Fat vs Muscle Myths
There are a few misconceptions or myths around about fat vs muscle especially as the body changes on a weight loss program. Helping people with their weight loss there are some common questions asked. How can I turn fat into muscle? Doesn’t muscle weight more than fat? How can I reduce the fat from my buttocks, thighs, stomach? Let’s look at each of these fat vs muscle myths for the facts.
How can I turn fat in muscle or turn muscle into fat. The simple answer is you cannot. It would be like trying to turn wood into metal. Body fat is directly related to calories. Calories in versus calories out determines how much body fat we will have. Any type of food consumed in excess whether protein, carbohydrates or fat will be converted into body fat.
Muscle on the other hand is influenced upon the demands placed upon them. By performing resistance exercises your strength will increase. If you feel your body is becoming less toned or “soft” it is simply because your proportion of fat to muscle has changed. Although you may not have gained any more fat, is now dominant simply because you have lost muscle. So this just a myth!
Does muscle weight more than fat? The density of skeletal muscle mass is 1.06 g/ml. The density of fat is 0.9 g/ml. One litre of muscle would weight 1.06 kg and one litre of fat would weight 0.9 kg. So muscle is heavier than fat. The weight you have put on as a result of performing resistance exercises might not necessarily be all muscle. If you have increased your calorie intake too, you will gain fat!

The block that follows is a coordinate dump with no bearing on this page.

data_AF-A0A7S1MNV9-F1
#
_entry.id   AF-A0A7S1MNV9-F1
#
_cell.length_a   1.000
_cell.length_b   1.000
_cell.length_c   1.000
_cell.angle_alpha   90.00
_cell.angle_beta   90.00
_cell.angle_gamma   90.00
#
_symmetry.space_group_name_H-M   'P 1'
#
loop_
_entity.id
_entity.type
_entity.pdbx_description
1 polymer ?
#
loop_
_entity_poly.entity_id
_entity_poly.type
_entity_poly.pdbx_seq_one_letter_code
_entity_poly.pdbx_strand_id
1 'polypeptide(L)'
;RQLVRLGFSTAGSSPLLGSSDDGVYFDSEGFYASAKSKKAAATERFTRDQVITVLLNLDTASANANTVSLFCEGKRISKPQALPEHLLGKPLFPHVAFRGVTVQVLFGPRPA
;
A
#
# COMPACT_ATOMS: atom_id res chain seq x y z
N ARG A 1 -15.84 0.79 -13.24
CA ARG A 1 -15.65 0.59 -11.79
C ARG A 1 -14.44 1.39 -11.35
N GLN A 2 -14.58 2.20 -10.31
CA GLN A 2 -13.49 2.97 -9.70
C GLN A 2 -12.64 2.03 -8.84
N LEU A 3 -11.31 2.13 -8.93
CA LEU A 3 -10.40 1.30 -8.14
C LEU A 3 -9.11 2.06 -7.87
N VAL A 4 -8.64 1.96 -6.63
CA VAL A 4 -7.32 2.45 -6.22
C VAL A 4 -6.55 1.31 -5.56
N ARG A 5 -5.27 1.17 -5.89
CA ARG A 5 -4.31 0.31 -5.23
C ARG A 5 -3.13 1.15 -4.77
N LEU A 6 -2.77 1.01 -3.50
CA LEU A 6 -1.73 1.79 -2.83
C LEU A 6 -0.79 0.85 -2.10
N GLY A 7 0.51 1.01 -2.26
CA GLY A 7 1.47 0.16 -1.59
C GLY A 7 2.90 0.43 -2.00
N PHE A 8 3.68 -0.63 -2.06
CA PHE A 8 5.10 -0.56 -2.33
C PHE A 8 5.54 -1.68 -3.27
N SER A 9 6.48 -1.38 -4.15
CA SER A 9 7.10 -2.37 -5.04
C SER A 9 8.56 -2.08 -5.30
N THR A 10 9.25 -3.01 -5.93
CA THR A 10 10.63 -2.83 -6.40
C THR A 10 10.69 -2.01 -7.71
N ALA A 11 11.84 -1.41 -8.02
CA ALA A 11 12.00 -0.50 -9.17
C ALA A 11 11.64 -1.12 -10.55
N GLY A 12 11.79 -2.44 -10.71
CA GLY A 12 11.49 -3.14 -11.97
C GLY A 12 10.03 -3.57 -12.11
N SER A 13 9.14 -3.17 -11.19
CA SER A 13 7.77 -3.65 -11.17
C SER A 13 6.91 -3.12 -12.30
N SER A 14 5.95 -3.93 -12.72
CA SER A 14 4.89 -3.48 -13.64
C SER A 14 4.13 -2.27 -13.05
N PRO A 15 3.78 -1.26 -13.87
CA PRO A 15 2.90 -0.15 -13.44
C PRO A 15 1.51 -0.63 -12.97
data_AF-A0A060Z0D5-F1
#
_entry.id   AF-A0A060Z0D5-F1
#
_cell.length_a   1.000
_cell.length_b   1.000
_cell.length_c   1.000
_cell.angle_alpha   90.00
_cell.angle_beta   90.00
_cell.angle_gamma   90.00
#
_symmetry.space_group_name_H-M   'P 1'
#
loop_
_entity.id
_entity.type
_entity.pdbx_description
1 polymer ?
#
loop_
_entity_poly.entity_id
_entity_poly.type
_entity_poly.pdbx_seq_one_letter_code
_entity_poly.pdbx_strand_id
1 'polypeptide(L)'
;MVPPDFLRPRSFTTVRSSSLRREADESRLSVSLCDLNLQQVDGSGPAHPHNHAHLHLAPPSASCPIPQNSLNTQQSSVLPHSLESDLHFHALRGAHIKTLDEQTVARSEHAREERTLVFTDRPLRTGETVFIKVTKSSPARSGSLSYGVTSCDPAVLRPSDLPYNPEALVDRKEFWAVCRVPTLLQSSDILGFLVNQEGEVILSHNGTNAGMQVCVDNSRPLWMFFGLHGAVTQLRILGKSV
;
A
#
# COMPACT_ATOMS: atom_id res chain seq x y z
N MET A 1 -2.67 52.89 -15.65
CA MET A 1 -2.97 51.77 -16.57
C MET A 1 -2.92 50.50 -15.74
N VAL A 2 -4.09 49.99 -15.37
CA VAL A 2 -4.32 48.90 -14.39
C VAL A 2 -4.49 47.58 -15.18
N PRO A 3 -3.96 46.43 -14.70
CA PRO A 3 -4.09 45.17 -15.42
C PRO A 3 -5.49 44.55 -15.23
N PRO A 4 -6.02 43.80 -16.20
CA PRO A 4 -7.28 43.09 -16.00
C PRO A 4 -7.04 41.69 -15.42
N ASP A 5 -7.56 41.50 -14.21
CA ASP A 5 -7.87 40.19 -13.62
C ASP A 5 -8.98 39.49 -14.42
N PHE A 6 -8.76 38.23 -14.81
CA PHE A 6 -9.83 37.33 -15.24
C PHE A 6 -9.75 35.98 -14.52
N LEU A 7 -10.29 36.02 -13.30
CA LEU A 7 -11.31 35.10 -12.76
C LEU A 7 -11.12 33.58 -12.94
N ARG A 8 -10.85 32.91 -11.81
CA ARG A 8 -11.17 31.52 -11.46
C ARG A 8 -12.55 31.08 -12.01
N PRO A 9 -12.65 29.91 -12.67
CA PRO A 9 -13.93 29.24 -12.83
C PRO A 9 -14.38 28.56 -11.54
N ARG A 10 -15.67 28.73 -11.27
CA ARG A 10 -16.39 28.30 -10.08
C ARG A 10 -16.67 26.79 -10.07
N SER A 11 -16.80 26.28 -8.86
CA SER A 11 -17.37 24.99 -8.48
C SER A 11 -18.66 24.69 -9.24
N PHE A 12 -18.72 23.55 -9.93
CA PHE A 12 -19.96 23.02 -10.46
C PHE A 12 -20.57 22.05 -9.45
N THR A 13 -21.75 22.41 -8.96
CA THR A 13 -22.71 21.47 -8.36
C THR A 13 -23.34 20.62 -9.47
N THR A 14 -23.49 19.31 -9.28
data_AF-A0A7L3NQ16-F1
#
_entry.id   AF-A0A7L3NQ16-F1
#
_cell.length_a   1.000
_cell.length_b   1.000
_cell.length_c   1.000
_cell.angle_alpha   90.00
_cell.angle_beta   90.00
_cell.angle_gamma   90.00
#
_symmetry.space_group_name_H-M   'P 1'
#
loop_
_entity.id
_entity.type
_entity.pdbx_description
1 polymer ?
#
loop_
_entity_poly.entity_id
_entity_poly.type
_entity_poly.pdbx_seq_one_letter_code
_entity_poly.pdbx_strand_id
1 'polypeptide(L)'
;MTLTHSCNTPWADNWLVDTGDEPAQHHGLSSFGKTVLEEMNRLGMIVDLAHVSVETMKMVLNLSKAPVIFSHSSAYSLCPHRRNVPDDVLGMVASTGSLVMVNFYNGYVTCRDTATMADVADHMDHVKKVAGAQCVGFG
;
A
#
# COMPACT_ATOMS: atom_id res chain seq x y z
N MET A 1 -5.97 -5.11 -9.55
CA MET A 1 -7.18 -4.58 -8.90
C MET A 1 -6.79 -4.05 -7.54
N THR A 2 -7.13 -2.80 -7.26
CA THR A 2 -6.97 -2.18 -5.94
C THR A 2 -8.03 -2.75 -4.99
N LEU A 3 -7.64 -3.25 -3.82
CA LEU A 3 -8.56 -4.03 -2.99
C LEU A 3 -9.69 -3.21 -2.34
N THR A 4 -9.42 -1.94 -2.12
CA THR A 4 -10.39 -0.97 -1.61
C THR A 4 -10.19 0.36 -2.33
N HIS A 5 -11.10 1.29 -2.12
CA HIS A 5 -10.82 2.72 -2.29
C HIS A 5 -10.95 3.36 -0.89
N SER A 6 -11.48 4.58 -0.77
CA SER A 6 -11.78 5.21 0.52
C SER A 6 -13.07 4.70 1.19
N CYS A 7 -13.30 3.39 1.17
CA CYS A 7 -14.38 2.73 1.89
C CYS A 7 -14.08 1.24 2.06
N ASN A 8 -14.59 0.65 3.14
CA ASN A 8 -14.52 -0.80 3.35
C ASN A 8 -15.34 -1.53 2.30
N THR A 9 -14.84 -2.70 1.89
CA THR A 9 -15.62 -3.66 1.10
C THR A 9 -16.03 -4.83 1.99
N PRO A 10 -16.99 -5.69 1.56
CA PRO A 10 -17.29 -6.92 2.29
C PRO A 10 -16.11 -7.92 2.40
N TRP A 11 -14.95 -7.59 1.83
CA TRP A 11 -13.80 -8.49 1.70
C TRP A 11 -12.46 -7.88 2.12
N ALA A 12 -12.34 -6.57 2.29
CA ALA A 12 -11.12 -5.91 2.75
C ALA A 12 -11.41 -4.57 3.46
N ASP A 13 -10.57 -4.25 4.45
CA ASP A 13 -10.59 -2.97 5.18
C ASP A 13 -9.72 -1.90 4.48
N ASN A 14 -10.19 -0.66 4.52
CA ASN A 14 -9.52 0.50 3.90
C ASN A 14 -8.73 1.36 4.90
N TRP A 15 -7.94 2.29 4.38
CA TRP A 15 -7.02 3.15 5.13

You may have been doing 100 sit ups every night for the last month but have not lost any fat from your stomach. Spot reduction is just a myth! This is because the muscle does not own the fat surrounding it. Some areas will lose fat faster than others. This is due to your genetic makeup, so you can blame your parents! Because of our genetic makeup women will gain weight in their thighs while men will gain in their abdominals.
To lose fat anywhere on your body you need to burn calories by following a program that involves both cardiovascular training and weight training. Coupled with controlling your calorie intake might give the perception of turning muscle into fat as your body composition changes. But muscle will always be muscle and fat will always be fat.